By Collin Cunningham
(CHARLOTTE, NC) Welcome to the third full week of September, Charlotte! It's hard to believe October is almost ready to blanket the ground with many-hued leaves, but it's exciting to think that North Carolina will soon be a flurry of fall excitement.
Today's news roundup recounts a small "Justice for J6" rally held in the Queen City Saturday to protest arrests made during the Jan. 6 attack at the United States Capitol. We also have the tragic story of a Huntersville mother who died from COVID a week after her firefighter husband passed due to the virus, news about the success of a recent dog adoption event and local manufacturers are afflicted by the ongoing employment shortage.
1. Pro-Capitol Riot protestors converge on Charlotte's Federal Courthouse for 'Justice for J6' rally
A 15-strong crowd gathered outside of the Federal Courthouse in Charlotte on Saturday morning to speak in support of right-wing insurrectionists who were arrested during the Jan. 6 attack on the U.S. Capitol building in Washington.
Spectrum News reports that one attendee of Saturday morning's "Justice for J6" rally had been in present at the initial event, in which supporters of former President Donald Trump converged on the federal building in hopes of overturning the results of the 2020 election. As of Monday morning, 649 people have been arrested for committing various crimes at the riot, including trespassing and disorderly conduct.
"You know, for the grace of God, that could’ve been me I suppose had I been closer and caught up in the physical entanglement of what was happening there,” insurrection attendee Dick Shaughnessy told the publication.
Per WCNC, Charlotte was just one of 18 cities across the country to host such events. Others took place in Atlanta and Columbia, South Carolina.
"There is unequal justice in this country," one protestor told the station. "And we need to stand up and say 'enough is enough'. We’re not going to put up with this anymore – this is not fair, it’s a double standard, and it needs to stop.”
A Huntersville mom left behind four children this week after succumbing to COVID-19 over the week, a little over a week after her husband, a veteran firefighter with the Charlotte Fire Department, passed away from the virus himself.
This occurred after the Charlotte Fire Department announced that Jeff Hagar had passed away from the virus as well, calling attention to his 1997-2013 career with the organization. He then served with the Huntersville department from 2013 until the end of his life.
WBTV reports that the couple's children are ages 14, 13, 7 and 6. Anyone interested in assisting the family can do so at this GoFundMe, where proceeds will be used for purchasing groceries and other necessities for the kids. It has so far raised $90,000 in 11 days.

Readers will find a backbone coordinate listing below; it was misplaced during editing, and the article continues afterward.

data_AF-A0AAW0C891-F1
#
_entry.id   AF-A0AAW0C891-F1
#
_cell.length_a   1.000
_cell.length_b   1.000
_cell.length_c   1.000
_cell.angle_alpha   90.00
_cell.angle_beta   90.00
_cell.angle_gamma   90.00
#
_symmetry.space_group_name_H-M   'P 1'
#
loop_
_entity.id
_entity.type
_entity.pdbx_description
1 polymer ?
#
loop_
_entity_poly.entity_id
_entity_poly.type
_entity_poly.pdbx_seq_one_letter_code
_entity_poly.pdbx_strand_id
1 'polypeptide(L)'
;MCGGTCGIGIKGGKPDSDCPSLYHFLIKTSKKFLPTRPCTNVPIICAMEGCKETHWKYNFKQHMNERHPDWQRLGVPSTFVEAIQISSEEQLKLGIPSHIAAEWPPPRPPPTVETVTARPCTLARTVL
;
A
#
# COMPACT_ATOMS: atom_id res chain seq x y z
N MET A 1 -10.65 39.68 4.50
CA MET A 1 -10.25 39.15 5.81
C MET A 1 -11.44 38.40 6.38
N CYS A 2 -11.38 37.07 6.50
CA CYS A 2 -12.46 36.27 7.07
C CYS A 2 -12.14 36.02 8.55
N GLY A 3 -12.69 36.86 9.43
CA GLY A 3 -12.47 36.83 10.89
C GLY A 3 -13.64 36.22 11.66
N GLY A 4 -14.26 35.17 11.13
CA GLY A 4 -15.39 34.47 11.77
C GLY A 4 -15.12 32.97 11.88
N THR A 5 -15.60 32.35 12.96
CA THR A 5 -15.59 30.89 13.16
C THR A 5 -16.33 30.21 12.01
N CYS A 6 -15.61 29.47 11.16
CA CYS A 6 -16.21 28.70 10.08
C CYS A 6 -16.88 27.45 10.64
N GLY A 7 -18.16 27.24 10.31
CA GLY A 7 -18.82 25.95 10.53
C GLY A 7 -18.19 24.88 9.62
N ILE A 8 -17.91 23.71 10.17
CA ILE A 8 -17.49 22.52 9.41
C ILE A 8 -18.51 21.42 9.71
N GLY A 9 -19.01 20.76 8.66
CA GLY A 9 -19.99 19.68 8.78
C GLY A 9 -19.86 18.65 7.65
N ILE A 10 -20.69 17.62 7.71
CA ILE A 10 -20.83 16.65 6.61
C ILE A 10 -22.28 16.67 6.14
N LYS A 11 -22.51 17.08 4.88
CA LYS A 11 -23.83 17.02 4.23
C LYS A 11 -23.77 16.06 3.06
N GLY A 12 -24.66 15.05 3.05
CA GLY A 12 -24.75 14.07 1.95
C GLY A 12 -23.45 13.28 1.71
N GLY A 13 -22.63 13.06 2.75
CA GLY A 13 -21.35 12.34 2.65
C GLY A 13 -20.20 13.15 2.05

A post to Caring Bridge states that Amee Hagar "lost the battle with this horrible Covid" on Sunday but celebrated the fact that she "is no longer in pain or struggling to breathe." The page serves as a detailed retelling of the story of the Hagar's conditions between Aug. 28 and this past weekend. It also encourages readers to get vaccinated: "You cannot be replaced! Don't leave your families behind to deal with this kind of pain and grief!"
The Charlotte-Mecklenburg Police Department's Animal Care & Control shelter filled up last week, but an adoption event on Saturday helped alleviate thousands of pets from the city facility and other local animal shelters by waiving adoption fees.
Area residents were able to visit any of six different Charlotte shelters as part of the NBC 'Clear the Shelters' campaign and take home a dog or cat without paying the $100-plus fee usually required at most shelters.
Also in Charlotte, 11 different shelters are each set to receive $1,000 thanks to donations from WCNC Charlotte and the TEGNA Foundation. CMPD Animal Care & Control managed to get rid of 45 dogs from their building.
Saturday's adoption spree capped off the monthlong event and donation drive, which is still accepting contributions.
In the same way that many of Charlotte's restaurants find themselves burdened by a lack of laborers, North Carolina's various manufacturing industries are currently hurting from a high demand for work and a low supply of people to do it.
WFAE reports that the Tar Heel State's stock of manufacturers shrank by 12,000 people during the pandemic, down to about 461,000 employees. Adding to the issue is the fact that most North Carolina companies struggle to keep up with the average $15 hourly wage of an assembly line worker, leading many to pursue automated forms of production.
"Talent was, and now through the pandemic is, the top issue that's facing manufacturers," explained North Carolina Chamber of Commerce CEO Gary Salamido.
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